A Study of the Wizard of Oz Phenomena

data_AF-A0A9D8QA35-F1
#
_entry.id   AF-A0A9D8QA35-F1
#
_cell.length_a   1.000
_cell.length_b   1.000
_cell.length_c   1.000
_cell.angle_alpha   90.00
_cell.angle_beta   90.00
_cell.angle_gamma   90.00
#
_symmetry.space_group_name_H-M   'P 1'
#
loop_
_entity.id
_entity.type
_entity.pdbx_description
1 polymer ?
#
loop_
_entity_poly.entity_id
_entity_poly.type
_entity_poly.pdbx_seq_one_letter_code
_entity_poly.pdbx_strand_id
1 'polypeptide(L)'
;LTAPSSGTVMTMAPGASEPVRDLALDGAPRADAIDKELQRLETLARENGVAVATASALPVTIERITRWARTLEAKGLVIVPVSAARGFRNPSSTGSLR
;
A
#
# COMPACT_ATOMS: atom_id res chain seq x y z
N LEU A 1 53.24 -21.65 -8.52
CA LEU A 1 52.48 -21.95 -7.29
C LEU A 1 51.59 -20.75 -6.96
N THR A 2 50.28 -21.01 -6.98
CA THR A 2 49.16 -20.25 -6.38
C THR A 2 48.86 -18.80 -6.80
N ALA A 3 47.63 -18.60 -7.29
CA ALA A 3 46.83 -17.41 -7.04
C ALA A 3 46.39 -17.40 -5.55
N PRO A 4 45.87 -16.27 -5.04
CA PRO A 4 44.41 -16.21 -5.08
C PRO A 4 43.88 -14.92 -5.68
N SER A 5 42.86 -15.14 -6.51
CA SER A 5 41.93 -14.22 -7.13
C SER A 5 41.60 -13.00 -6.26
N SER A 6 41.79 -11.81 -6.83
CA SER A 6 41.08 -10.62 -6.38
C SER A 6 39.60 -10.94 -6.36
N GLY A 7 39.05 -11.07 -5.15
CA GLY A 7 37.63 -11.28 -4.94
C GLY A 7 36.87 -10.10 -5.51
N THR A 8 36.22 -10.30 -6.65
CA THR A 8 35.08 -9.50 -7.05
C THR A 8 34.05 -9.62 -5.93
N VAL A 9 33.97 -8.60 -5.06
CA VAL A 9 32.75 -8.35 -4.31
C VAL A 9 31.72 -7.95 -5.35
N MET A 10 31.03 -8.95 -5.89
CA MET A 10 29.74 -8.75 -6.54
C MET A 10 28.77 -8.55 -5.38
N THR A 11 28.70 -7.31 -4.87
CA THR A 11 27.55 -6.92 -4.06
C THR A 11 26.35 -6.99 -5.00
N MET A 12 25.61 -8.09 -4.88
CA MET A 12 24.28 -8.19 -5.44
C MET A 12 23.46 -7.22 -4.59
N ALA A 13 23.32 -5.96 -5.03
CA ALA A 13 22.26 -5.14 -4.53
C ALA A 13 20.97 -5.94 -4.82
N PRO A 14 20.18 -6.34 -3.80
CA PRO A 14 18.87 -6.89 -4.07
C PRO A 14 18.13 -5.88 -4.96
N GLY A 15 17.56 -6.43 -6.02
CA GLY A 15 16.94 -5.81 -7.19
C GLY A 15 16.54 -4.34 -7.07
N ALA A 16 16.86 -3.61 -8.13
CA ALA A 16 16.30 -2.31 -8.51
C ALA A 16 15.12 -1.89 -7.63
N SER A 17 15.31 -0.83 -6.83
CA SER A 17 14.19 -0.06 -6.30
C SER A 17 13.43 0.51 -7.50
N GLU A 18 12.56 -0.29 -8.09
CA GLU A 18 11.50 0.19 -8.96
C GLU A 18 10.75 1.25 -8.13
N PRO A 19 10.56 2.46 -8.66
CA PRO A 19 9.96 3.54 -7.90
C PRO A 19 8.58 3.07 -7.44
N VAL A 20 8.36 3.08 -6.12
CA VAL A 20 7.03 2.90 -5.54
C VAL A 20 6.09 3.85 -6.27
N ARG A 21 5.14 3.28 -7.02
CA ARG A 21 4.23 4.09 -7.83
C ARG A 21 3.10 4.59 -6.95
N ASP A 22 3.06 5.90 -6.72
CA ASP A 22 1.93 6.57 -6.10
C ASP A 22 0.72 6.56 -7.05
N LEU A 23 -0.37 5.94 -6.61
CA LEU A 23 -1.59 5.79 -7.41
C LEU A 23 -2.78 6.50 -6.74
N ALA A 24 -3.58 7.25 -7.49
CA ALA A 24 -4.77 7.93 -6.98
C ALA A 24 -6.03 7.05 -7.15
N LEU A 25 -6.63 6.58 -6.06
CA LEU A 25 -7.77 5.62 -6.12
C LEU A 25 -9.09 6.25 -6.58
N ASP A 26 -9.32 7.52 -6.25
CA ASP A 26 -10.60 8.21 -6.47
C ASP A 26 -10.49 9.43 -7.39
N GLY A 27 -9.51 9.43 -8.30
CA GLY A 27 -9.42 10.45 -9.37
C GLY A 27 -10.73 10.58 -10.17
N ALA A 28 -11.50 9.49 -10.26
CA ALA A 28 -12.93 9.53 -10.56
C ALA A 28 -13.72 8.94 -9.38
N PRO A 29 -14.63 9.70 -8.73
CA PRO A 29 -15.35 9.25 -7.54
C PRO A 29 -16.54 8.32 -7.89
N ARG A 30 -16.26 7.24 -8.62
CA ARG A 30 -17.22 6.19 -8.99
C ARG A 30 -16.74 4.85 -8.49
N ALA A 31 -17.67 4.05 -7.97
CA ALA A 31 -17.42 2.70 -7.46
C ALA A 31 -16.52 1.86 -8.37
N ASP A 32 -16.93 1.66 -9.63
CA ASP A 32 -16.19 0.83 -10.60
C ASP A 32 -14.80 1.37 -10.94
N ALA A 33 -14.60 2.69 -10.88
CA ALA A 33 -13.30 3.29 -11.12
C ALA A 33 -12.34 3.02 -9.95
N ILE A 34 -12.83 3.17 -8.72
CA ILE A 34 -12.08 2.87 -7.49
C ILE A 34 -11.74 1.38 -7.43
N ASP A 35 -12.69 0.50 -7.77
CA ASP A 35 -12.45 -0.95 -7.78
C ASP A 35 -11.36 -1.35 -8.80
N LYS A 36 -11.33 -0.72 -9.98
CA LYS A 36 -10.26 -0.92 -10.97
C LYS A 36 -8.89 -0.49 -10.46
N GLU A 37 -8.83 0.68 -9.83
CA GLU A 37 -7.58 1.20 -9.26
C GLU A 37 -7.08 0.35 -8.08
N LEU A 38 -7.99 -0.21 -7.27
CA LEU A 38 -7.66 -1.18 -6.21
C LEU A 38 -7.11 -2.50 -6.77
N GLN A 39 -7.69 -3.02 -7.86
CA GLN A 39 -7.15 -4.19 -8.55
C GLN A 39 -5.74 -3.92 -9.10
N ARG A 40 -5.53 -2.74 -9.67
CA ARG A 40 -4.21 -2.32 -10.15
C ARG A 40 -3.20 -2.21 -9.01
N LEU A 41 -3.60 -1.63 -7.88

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The 1939 film, ‘The Wizard of Oz', was a colour and sound explosion that is as cherished today as it was when it was first released. But what a lot of the public doesn't realise, is that the movie is based on the first of 14 books written by L. Frank Baum. Publish in 1900, "The Wonderful Wizard of Oz" marked the beginning of a new type of fairytale. Baum steered away from the Classic European style fairytales like those of Hans Christian Anderson and the Grimm brothers, into a more light-hearted, witty, simplistic story for children that instilled American rural values into them. The simplicity of the story caused controversy within the literary circles at the time, and was the main reason it was banned in many public libraries and not considered proper children's fiction. But despite the acidemia's disapproval of the story, it became widely popular, and was the best selling children's book for two years running. Baum was a man of the theatre, and in 1902 he turned "The Wonderful Wizard of Oz" into a stage musical aimed at a more adult audience. Politics was a very current issue at the time so he altered the script so that actors made references to figures such as John D. Rockefeller and President Theodore Roosevelt. The story was also change so that instead of having Toto the dog as her Kansas sidekick, Dorothy had Imogene the cow. This was the first version of the story to use the shortened title of "the wizard of oz", and since then, all subsequent versions have used the same title instead of the longer, original title. Baum and his family moved around a lot and at one stage were living in South Dakota, which is said to be the basis of his description of Kansas at the start of the story. Another place of great influence was Holland, Michigan, where Baum's great grandfather lived; the winding cobblestone streets of the town inspiring the yellow brick road. He married Maud Gage in 1882, who was the daughter of a famous women's suffrage activist, Matilda Joslyn Gage which was claimed by a pamphlet of the Matilda Joslyn Gage Foundation to have influenced the character of Dorothy. Dorothy was a new type of heroine, in that she wasn't a damsel in distress, or a character dependent on the actions of others, but rather an accidental hero who, through her down to earth character, compassion, logical thinking and bravery, freed Oz from the Bad Witches and got the reward of home. The 1939 musical film "The wizard of oz" was a highly anticipated film that, despite the many problems in production, was an instant success and is still as valued today as it was back then. Part of the reason it still has resonance for the modern audience is because it is a film with excellent characterisation, amazing choreography and body control and beautiful sets and costume which made the most of the new technicolour technology of the time. It also gave hope to a generation who were moving out of the depression, and into WW2, with the award winning song, "Somewhere over the rainbow". The 1939 film wasn't the first version of the wizard of Oz to use the idea of Kansa being in black and white, and Oz in colour. Ted Eshbaughs 1933 cartoon was the first to use the idea, which the film then adapted in a colour explosion, celebrating the new found technology. It was also an age of musicals, due to sound in film being a recent discovery. The first musicals were simply Broadway shows filmed and quickly failed, so writers started putting more emphasis on the characters and their relationships, and exploited the fact that everyone could talk and express themselves much more clearly and quickly. This also allowed for the expansion of genres. Gangster films, screwball comedies and westerns were all developed in the 1930's/1940's, Hollywood's golden era. While making the Wizard of oz, the crew and cast came across many problems, such as the costumes. Margaret Hamilton who played the wicked witch of the west received severe burns after the copper in her...
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